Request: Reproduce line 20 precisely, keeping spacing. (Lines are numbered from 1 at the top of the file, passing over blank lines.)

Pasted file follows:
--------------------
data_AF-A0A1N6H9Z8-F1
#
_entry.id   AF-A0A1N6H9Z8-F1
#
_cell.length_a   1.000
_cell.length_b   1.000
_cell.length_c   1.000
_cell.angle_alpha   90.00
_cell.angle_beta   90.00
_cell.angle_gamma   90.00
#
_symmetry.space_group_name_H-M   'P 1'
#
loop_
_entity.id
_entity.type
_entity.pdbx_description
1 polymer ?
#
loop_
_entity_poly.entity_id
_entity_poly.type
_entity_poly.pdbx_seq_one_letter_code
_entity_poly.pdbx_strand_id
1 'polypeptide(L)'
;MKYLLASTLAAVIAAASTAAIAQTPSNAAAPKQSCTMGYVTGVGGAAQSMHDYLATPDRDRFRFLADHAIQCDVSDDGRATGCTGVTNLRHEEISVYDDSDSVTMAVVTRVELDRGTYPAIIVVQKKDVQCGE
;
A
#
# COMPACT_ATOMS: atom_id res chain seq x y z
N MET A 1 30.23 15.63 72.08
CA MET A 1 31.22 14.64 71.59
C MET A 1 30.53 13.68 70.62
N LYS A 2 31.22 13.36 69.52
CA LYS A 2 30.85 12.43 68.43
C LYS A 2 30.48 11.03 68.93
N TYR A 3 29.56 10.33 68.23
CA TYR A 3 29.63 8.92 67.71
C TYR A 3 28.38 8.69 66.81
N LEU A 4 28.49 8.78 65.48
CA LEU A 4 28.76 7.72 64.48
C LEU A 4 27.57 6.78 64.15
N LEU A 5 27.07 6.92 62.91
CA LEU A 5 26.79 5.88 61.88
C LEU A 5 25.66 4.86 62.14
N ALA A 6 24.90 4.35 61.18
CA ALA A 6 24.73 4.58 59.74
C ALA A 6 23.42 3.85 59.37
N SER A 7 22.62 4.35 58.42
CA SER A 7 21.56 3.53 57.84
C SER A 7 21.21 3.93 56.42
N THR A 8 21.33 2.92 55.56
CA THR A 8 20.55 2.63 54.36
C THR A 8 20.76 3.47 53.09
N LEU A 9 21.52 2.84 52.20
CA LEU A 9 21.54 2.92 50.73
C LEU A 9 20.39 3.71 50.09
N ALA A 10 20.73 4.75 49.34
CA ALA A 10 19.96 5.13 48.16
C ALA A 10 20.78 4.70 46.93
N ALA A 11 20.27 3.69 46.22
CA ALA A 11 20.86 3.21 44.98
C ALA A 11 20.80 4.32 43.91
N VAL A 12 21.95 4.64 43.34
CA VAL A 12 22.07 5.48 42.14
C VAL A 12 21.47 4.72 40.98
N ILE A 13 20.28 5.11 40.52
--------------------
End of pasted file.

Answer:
loop_